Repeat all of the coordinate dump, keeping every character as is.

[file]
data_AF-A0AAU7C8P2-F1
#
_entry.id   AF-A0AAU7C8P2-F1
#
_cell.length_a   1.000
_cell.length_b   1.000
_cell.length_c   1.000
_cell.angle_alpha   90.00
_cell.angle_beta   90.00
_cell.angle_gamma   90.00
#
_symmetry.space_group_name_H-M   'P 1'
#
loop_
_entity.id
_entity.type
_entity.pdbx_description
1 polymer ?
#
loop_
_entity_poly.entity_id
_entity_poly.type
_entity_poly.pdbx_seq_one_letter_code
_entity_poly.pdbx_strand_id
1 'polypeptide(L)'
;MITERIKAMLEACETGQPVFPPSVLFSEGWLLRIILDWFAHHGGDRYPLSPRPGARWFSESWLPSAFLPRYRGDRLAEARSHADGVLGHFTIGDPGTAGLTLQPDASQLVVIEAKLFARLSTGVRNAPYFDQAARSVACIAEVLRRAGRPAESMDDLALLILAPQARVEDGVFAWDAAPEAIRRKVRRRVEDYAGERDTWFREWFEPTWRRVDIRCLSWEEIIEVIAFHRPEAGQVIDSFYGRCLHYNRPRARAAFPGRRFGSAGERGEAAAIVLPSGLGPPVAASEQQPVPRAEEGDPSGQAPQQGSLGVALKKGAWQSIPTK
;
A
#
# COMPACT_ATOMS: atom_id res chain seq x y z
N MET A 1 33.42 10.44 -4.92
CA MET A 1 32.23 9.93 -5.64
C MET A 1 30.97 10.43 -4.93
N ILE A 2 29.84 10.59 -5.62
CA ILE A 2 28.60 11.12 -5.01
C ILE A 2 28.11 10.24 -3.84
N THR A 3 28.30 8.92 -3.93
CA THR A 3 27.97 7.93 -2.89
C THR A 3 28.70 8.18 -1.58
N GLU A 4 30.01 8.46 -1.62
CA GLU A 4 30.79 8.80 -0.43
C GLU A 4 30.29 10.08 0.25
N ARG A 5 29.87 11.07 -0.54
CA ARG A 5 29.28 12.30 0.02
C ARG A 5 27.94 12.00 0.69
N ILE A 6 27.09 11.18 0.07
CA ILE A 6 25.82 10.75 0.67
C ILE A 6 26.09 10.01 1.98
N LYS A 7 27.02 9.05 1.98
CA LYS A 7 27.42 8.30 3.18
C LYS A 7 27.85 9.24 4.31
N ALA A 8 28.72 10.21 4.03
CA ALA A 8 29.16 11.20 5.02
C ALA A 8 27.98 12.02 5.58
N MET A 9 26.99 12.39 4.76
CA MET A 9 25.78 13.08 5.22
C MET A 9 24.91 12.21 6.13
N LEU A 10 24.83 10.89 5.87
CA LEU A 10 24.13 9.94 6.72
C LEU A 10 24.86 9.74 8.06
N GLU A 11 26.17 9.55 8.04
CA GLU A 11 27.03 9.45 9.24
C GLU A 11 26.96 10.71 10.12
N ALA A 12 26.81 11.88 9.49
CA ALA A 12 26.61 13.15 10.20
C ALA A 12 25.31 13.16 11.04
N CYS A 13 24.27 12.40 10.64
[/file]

data_AF-A0AAU7C8P2-F1
#
_entry.id   AF-A0AAU7C8P2-F1
#
_cell.length_a   1.000
_cell.length_b   1.000
_cell.length_c   1.000
_cell.angle_alpha   90.00
_cell.angle_beta   90.00
_cell.angle_gamma   90.00
#
_symmetry.space_group_name_H-M   'P 1'
#
loop_
_entity.id
_entity.type
_entity.pdbx_description
1 polymer ?
#
loop_
_entity_poly.entity_id
_entity_poly.type
_entity_poly.pdbx_seq_one_letter_code
_entity_poly.pdbx_strand_id
1 'polypeptide(L)'
;MITERIKAMLEACETGQPVFPPSVLFSEGWLLRIILDWFAHHGGDRYPLSPRPGARWFSESWLPSAFLPRYRGDRLAEARSHADGVLGHFTIGDPGTAGLTLQPDASQLVVIEAKLFARLSTGVRNAPYFDQAARSVACIAEVLRRAGRPAESMDDLALLILAPQARVEDGVFAWDAAPEAIRRKVRRRVEDYAGERDTWFREWFEPTWRRVDIRCLSWEEIIEVIAFHRPEAGQVIDSFYGRCLHYNRPRARAAFPGRRFGSAGERGEAAAIVLPSGLGPPVAASEQQPVPRAEEGDPSGQAPQQGSLGVALKKGAWQSIPTK
;
A
#
# COMPACT_ATOMS: atom_id res chain seq x y z
N MET A 1 33.42 10.44 -4.92
CA MET A 1 32.23 9.93 -5.64
C MET A 1 30.97 10.43 -4.93
N ILE A 2 29.84 10.59 -5.62
CA ILE A 2 28.60 11.12 -5.01
C ILE A 2 28.11 10.24 -3.84
N THR A 3 28.30 8.92 -3.93
CA THR A 3 27.97 7.93 -2.89
C THR A 3 28.70 8.18 -1.58
N GLU A 4 30.01 8.46 -1.62
CA GLU A 4 30.79 8.80 -0.43
C GLU A 4 30.29 10.08 0.25
N ARG A 5 29.87 11.07 -0.54
CA ARG A 5 29.28 12.30 0.02
C ARG A 5 27.94 12.00 0.69
N ILE A 6 27.09 11.18 0.07
CA ILE A 6 25.82 10.75 0.67
C ILE A 6 26.09 10.01 1.98
N LYS A 7 27.02 9.05 1.98
CA LYS A 7 27.42 8.30 3.18
C LYS A 7 27.85 9.24 4.31
N ALA A 8 28.72 10.21 4.03
CA ALA A 8 29.16 11.20 5.02
C ALA A 8 27.98 12.02 5.58
N MET A 9 26.99 12.39 4.76
CA MET A 9 25.78 13.08 5.22
C MET A 9 24.91 12.21 6.13
N LEU A 10 24.83 10.89 5.87
CA LEU A 10 24.13 9.94 6.72
C LEU A 10 24.86 9.74 8.06
N GLU A 11 26.17 9.55 8.04
CA GLU A 11 27.03 9.45 9.24
C GLU A 11 26.96 10.71 10.12
N ALA A 12 26.81 11.88 9.49
CA ALA A 12 26.61 13.15 10.20
C ALA A 12 25.31 13.16 11.04
N CYS A 13 24.27 12.40 10.64